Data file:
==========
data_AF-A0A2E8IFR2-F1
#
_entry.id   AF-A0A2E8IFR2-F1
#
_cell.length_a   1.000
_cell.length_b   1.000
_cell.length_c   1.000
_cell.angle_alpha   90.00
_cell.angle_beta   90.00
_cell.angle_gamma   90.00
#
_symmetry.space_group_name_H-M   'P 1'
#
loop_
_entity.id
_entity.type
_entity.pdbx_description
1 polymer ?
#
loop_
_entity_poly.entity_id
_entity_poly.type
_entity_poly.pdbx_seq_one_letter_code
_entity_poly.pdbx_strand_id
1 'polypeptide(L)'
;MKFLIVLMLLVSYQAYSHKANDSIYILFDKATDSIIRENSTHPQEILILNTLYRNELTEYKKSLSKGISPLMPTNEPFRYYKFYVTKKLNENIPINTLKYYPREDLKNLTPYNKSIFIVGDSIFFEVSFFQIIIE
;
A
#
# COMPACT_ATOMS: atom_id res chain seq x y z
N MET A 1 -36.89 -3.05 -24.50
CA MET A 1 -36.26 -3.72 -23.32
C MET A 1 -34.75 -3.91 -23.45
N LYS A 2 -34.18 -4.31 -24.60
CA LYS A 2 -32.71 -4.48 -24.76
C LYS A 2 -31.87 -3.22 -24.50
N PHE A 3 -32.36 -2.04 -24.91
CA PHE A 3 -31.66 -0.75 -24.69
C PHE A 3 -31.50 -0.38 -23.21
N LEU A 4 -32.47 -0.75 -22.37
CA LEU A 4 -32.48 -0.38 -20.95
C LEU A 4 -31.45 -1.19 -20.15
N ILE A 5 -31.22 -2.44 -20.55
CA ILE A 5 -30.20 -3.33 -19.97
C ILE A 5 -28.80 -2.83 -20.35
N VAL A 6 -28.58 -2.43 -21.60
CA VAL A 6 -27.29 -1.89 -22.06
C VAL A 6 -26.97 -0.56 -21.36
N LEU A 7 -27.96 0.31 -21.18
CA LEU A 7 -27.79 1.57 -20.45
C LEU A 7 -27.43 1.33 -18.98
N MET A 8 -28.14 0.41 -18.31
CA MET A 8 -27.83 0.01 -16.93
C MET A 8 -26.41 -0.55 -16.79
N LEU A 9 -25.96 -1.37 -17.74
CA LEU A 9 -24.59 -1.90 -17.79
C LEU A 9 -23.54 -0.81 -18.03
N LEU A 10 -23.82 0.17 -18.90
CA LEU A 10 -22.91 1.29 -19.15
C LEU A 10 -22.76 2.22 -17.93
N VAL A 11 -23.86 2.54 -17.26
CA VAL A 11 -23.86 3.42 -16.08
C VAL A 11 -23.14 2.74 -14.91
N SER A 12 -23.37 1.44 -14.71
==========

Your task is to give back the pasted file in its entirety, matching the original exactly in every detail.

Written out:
data_AF-A0A2E8IFR2-F1
#
_entry.id   AF-A0A2E8IFR2-F1
#
_cell.length_a   1.000
_cell.length_b   1.000
_cell.length_c   1.000
_cell.angle_alpha   90.00
_cell.angle_beta   90.00
_cell.angle_gamma   90.00
#
_symmetry.space_group_name_H-M   'P 1'
#
loop_
_entity.id
_entity.type
_entity.pdbx_description
1 polymer ?
#
loop_
_entity_poly.entity_id
_entity_poly.type
_entity_poly.pdbx_seq_one_letter_code
_entity_poly.pdbx_strand_id
1 'polypeptide(L)'
;MKFLIVLMLLVSYQAYSHKANDSIYILFDKATDSIIRENSTHPQEILILNTLYRNELTEYKKSLSKGISPLMPTNEPFRYYKFYVTKKLNENIPINTLKYYPREDLKNLTPYNKSIFIVGDSIFFEVSFFQIIIE
;
A
#
# COMPACT_ATOMS: atom_id res chain seq x y z
N MET A 1 -36.89 -3.05 -24.50
CA MET A 1 -36.26 -3.72 -23.32
C MET A 1 -34.75 -3.91 -23.45
N LYS A 2 -34.18 -4.31 -24.60
CA LYS A 2 -32.71 -4.48 -24.76
C LYS A 2 -31.87 -3.22 -24.50
N PHE A 3 -32.36 -2.04 -24.91
CA PHE A 3 -31.66 -0.75 -24.69
C PHE A 3 -31.50 -0.38 -23.21
N LEU A 4 -32.47 -0.75 -22.37
CA LEU A 4 -32.48 -0.38 -20.95
C LEU A 4 -31.45 -1.19 -20.15
N ILE A 5 -31.22 -2.44 -20.55
CA ILE A 5 -30.20 -3.33 -19.97
C ILE A 5 -28.80 -2.83 -20.35
N VAL A 6 -28.58 -2.43 -21.60
CA VAL A 6 -27.29 -1.89 -22.06
C VAL A 6 -26.97 -0.56 -21.36
N LEU A 7 -27.96 0.31 -21.18
CA LEU A 7 -27.79 1.57 -20.45
C LEU A 7 -27.43 1.33 -18.98
N MET A 8 -28.14 0.41 -18.31
CA MET A 8 -27.83 0.01 -16.93
C MET A 8 -26.41 -0.55 -16.79
N LEU A 9 -25.96 -1.37 -17.74
CA LEU A 9 -24.59 -1.90 -17.79
C LEU A 9 -23.54 -0.81 -18.03
N LEU A 10 -23.82 0.17 -18.90
CA LEU A 10 -22.91 1.29 -19.15
C LEU A 10 -22.76 2.22 -17.93
N VAL A 11 -23.86 2.54 -17.26
CA VAL A 11 -23.86 3.42 -16.08
C VAL A 11 -23.14 2.74 -14.91
N SER A 12 -23.37 1.44 -14.71